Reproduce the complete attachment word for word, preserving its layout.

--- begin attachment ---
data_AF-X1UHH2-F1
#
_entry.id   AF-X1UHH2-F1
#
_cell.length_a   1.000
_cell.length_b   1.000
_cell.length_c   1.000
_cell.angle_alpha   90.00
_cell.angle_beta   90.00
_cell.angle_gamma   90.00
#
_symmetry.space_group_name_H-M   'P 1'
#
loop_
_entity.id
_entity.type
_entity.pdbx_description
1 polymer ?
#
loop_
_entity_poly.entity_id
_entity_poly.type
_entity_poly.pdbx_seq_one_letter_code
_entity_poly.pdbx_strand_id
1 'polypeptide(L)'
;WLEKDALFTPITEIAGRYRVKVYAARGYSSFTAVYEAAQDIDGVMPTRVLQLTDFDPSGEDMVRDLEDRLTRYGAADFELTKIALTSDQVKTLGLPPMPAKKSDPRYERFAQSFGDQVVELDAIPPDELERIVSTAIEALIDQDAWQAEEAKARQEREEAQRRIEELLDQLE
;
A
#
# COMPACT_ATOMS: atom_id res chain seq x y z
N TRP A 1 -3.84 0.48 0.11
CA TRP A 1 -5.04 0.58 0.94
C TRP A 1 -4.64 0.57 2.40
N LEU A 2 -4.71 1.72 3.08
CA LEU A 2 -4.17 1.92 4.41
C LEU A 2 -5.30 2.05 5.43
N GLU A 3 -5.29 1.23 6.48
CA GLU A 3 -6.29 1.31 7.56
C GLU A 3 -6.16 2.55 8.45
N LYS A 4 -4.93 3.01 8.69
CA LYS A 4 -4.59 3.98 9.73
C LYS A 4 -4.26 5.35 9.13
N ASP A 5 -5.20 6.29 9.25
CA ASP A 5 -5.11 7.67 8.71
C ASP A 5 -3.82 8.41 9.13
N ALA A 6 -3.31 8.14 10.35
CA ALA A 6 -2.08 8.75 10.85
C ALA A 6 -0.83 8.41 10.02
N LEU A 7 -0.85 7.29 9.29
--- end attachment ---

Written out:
data_AF-X1UHH2-F1
#
_entry.id   AF-X1UHH2-F1
#
_cell.length_a   1.000
_cell.length_b   1.000
_cell.length_c   1.000
_cell.angle_alpha   90.00
_cell.angle_beta   90.00
_cell.angle_gamma   90.00
#
_symmetry.space_group_name_H-M   'P 1'
#
loop_
_entity.id
_entity.type
_entity.pdbx_description
1 polymer ?
#
loop_
_entity_poly.entity_id
_entity_poly.type
_entity_poly.pdbx_seq_one_letter_code
_entity_poly.pdbx_strand_id
1 'polypeptide(L)'
;WLEKDALFTPITEIAGRYRVKVYAARGYSSFTAVYEAAQDIDGVMPTRVLQLTDFDPSGEDMVRDLEDRLTRYGAADFELTKIALTSDQVKTLGLPPMPAKKSDPRYERFAQSFGDQVVELDAIPPDELERIVSTAIEALIDQDAWQAEEAKARQEREEAQRRIEELLDQLE
;
A
#
# COMPACT_ATOMS: atom_id res chain seq x y z
N TRP A 1 -3.84 0.48 0.11
CA TRP A 1 -5.04 0.58 0.94
C TRP A 1 -4.64 0.57 2.40
N LEU A 2 -4.71 1.72 3.08
CA LEU A 2 -4.17 1.92 4.41
C LEU A 2 -5.30 2.05 5.43
N GLU A 3 -5.29 1.23 6.48
CA GLU A 3 -6.29 1.31 7.56
C GLU A 3 -6.16 2.55 8.45
N LYS A 4 -4.93 3.01 8.69
CA LYS A 4 -4.59 3.98 9.73
C LYS A 4 -4.26 5.35 9.13
N ASP A 5 -5.20 6.29 9.25
CA ASP A 5 -5.11 7.67 8.71
C ASP A 5 -3.82 8.41 9.13
N ALA A 6 -3.31 8.14 10.35
CA ALA A 6 -2.08 8.75 10.85
C ALA A 6 -0.83 8.41 10.02
N LEU A 7 -0.85 7.29 9.29